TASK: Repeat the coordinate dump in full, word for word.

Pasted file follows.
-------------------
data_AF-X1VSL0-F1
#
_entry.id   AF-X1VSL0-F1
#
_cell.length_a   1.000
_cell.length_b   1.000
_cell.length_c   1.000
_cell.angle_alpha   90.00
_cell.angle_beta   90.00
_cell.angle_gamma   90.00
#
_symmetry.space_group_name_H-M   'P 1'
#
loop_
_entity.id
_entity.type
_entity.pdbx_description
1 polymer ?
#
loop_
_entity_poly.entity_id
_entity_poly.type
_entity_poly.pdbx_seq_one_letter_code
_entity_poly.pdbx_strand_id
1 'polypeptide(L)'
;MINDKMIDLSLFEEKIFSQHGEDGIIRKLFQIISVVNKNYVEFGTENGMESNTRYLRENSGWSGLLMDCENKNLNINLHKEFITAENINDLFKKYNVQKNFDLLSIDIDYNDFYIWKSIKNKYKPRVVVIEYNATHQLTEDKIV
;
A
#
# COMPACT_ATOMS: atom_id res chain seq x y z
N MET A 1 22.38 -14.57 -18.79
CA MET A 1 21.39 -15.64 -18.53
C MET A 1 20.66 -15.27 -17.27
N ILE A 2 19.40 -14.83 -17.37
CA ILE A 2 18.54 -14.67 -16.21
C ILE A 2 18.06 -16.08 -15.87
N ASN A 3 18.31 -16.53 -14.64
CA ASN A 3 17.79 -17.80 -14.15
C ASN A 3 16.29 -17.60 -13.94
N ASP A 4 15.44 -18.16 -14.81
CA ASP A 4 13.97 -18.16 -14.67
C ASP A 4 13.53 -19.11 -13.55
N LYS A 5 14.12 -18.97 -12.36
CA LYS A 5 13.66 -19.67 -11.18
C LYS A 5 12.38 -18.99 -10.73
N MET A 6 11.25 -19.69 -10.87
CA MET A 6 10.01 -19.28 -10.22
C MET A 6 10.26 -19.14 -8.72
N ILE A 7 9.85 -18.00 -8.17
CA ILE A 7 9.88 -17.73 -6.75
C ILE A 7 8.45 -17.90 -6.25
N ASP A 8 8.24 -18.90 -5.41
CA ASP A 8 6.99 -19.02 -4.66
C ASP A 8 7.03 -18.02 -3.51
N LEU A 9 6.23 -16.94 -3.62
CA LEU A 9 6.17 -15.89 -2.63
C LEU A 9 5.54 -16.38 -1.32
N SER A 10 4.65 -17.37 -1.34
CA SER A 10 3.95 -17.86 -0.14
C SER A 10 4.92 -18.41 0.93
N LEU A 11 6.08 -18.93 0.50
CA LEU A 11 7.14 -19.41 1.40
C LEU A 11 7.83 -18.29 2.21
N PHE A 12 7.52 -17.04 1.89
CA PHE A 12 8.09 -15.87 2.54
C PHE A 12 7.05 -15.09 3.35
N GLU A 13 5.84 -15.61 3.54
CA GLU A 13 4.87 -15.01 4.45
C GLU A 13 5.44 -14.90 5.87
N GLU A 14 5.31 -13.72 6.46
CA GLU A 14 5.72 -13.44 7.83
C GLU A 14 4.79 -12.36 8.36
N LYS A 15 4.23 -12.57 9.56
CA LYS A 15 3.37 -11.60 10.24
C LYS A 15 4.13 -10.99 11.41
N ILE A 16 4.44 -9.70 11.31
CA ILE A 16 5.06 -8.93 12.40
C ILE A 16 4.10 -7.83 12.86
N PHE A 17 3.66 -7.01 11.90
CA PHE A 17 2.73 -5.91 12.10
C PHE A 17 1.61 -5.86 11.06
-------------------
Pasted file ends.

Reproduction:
data_AF-X1VSL0-F1
#
_entry.id   AF-X1VSL0-F1
#
_cell.length_a   1.000
_cell.length_b   1.000
_cell.length_c   1.000
_cell.angle_alpha   90.00
_cell.angle_beta   90.00
_cell.angle_gamma   90.00
#
_symmetry.space_group_name_H-M   'P 1'
#
loop_
_entity.id
_entity.type
_entity.pdbx_description
1 polymer ?
#
loop_
_entity_poly.entity_id
_entity_poly.type
_entity_poly.pdbx_seq_one_letter_code
_entity_poly.pdbx_strand_id
1 'polypeptide(L)'
;MINDKMIDLSLFEEKIFSQHGEDGIIRKLFQIISVVNKNYVEFGTENGMESNTRYLRENSGWSGLLMDCENKNLNINLHKEFITAENINDLFKKYNVQKNFDLLSIDIDYNDFYIWKSIKNKYKPRVVVIEYNATHQLTEDKIV
;
A
#
# COMPACT_ATOMS: atom_id res chain seq x y z
N MET A 1 22.38 -14.57 -18.79
CA MET A 1 21.39 -15.64 -18.53
C MET A 1 20.66 -15.27 -17.27
N ILE A 2 19.40 -14.83 -17.37
CA ILE A 2 18.54 -14.67 -16.21
C ILE A 2 18.06 -16.08 -15.87
N ASN A 3 18.31 -16.53 -14.64
CA ASN A 3 17.79 -17.80 -14.15
C ASN A 3 16.29 -17.60 -13.94
N ASP A 4 15.44 -18.16 -14.81
CA ASP A 4 13.97 -18.16 -14.67
C ASP A 4 13.53 -19.11 -13.55
N LYS A 5 14.12 -18.97 -12.36
CA LYS A 5 13.66 -19.67 -11.18
C LYS A 5 12.38 -18.99 -10.73
N MET A 6 11.25 -19.69 -10.87
CA MET A 6 10.01 -19.28 -10.22
C MET A 6 10.26 -19.14 -8.72
N ILE A 7 9.85 -18.00 -8.17
CA ILE A 7 9.88 -17.73 -6.75
C ILE A 7 8.45 -17.90 -6.25
N ASP A 8 8.24 -18.90 -5.41
CA ASP A 8 6.99 -19.02 -4.66
C ASP A 8 7.03 -18.02 -3.51
N LEU A 9 6.23 -16.94 -3.62
CA LEU A 9 6.17 -15.89 -2.63
C LEU A 9 5.54 -16.38 -1.32
N SER A 10 4.65 -17.37 -1.34
CA SER A 10 3.95 -17.86 -0.14
C SER A 10 4.92 -18.41 0.93
N LEU A 11 6.08 -18.93 0.50
CA LEU A 11 7.14 -19.41 1.40
C LEU A 11 7.83 -18.29 2.21
N PHE A 12 7.52 -17.04 1.89
CA PHE A 12 8.09 -15.87 2.54
C PHE A 12 7.05 -15.09 3.35
N GLU A 13 5.84 -15.61 3.54
CA GLU A 13 4.87 -15.01 4.45
C GLU A 13 5.44 -14.90 5.87
N GLU A 14 5.31 -13.72 6.46
CA GLU A 14 5.72 -13.44 7.83
C GLU A 14 4.79 -12.36 8.36
N LYS A 15 4.23 -12.57 9.56
CA LYS A 15 3.37 -11.60 10.24
C LYS A 15 4.13 -10.99 11.41
N ILE A 16 4.44 -9.70 11.31
CA ILE A 16 5.06 -8.93 12.40
C ILE A 16 4.10 -7.83 12.86
N PHE A 17 3.66 -7.01 11.90
CA PHE A 17 2.73 -5.91 12.10
C PHE A 17 1.61 -5.86 11.06